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After both All In and The G1 Supercard were sold out, reports of Vince McMahon wanting to sign The Elite in a way to stop the rise of competition for his monopoly were reported everywhere. More than just The Elite rumors regarding a lot of Indy talent joining the ranks of WWE, thanks of these events and the next lucrative deals that WWE will receive in the coming years, gives credence to the speculation in all wrestling circles. The big problem that comes with The Elite joining WWE is that currently after all these years, the wrestling world is no longer a one place only to make big money. Promotions like ROH and NJPW have grown a lot in the last couple of years thanks to the efforts done by the The Elite to change the wrestling world.

If NJPW loses Kenny Omega to WWE, the promotion based in Japan will lose not only a top player but their ambassador of puroresu in the US. As we know, NJPW has big plans to expand into the American market, and those plans have Kenny Omega as the flagship of that expedition.

The Young Bucks will also face some serious problems if they were to go to WWE. The first problem is that as we all know, WWE and more specificly Vince McMahon, is not a fan of tag team wrestling and teams like Anderson and Gallows coupled with current booking, are a clear example of this. Creative will be bad for them and their creative minds will not be used to the extent we’re familiar with. That would be a shame seeing how beloved their YouTube show is, Being The Elite.  Also let’s not forget the case of the cease and desist letters sent to them because of the Too Sweet sign. Vince McMahon does not forget and could easily bury them in a way to punish them for the case of the situation of the letters and the fan’s saying in the show he got free tickets like most people do to fill RAW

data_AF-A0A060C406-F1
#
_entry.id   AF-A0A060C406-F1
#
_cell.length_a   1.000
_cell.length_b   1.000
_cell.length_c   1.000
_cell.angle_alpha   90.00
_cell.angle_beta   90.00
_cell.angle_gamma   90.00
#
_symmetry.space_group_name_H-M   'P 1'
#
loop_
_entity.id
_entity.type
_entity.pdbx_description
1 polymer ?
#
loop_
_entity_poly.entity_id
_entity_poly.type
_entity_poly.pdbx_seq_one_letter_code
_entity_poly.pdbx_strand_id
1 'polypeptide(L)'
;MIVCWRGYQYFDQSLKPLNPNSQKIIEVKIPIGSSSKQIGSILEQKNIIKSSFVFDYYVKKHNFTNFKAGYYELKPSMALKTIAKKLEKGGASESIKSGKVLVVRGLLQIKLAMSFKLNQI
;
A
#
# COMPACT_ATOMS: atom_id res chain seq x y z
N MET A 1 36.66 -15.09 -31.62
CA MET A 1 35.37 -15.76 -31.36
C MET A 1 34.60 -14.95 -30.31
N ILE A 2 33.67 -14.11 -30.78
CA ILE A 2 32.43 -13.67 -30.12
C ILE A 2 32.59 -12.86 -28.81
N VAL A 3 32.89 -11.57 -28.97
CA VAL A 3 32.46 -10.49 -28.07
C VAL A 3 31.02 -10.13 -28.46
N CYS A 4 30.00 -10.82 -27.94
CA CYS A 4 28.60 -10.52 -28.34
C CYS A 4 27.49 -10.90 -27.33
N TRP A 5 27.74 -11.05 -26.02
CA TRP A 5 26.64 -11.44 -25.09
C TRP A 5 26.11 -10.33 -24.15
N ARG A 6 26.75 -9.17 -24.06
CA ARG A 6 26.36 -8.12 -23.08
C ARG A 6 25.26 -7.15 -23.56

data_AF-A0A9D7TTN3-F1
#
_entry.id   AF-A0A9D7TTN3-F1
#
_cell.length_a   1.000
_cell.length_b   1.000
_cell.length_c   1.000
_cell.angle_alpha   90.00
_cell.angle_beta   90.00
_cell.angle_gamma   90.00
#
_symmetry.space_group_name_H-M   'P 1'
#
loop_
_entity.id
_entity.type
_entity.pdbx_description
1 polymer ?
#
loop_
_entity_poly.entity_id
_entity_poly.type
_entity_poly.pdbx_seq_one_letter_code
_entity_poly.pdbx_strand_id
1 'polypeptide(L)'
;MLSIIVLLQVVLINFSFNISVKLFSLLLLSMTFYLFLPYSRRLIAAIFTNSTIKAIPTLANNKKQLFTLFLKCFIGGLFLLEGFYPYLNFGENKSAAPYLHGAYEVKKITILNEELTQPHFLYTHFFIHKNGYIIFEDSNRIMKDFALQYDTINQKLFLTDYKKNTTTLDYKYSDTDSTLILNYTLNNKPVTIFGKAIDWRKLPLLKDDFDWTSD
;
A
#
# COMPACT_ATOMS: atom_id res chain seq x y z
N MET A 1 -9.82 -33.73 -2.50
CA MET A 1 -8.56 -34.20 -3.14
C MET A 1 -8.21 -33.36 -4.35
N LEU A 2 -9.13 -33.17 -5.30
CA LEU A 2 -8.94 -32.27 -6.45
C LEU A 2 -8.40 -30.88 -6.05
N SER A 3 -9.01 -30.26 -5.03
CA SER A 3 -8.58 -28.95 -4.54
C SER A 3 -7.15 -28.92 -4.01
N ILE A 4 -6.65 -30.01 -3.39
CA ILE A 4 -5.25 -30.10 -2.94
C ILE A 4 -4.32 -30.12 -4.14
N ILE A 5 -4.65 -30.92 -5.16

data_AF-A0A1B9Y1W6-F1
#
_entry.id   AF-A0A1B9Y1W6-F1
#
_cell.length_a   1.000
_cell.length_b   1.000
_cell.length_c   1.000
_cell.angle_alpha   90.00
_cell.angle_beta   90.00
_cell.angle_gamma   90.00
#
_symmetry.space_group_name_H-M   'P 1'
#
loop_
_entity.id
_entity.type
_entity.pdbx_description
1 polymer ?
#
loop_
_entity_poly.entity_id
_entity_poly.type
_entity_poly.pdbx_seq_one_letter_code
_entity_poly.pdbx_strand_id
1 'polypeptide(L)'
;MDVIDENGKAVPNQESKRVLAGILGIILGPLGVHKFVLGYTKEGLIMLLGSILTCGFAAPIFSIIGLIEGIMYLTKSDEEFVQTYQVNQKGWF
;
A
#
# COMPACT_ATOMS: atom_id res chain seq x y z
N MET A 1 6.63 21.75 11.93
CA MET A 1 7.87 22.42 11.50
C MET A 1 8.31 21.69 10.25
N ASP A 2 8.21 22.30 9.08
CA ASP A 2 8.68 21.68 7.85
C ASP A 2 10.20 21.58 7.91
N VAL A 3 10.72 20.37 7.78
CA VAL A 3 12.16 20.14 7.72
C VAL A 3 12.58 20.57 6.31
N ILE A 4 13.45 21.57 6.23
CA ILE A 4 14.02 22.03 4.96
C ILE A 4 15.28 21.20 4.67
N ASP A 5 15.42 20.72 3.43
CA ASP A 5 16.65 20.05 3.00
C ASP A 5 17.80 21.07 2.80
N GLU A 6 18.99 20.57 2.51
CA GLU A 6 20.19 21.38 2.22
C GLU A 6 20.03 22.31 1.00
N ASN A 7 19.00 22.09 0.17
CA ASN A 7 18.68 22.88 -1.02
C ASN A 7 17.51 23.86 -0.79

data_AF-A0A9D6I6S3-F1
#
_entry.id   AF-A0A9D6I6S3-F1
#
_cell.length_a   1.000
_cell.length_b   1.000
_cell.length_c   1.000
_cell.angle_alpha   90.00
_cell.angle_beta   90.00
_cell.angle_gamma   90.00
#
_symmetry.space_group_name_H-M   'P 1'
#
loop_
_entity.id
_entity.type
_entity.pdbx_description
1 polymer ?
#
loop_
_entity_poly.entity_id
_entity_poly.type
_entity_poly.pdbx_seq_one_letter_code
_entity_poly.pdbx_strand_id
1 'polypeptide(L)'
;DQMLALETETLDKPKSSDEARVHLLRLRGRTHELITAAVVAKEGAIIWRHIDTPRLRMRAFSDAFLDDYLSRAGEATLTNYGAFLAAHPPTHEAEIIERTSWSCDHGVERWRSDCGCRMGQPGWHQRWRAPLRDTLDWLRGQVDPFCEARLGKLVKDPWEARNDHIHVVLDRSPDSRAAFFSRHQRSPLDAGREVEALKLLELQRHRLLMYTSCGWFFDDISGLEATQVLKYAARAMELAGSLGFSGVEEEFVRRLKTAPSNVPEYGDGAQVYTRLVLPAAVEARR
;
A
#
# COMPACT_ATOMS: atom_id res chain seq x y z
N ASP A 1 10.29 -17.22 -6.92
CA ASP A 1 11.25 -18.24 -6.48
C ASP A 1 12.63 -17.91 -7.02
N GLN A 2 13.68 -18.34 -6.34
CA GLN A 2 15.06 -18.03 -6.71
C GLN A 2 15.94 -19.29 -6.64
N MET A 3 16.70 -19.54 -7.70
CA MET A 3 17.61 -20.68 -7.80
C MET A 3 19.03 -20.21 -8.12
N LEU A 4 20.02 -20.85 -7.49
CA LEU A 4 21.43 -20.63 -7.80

If The Elite stay for at least  2 or 3 years before joining WWE and help the wrestling world grow, the business will not only be good for the fans but to wrestlers not signed with WWE. Like we saw with Flip Gordon, who thanks to the Being The Elite show is a well known name already and his career is just beginning. If we’re to believe the brand is as big as any brand in WWE right now, The Elite should stay away from WWE to preserve their phrase, ‘’Change the world’. If they leave, a big hole will be present in the indy scene and the wrestling world will go five years back in time. Further increasing the gap, in a bad way, between WWE and the rest of the wrestling world.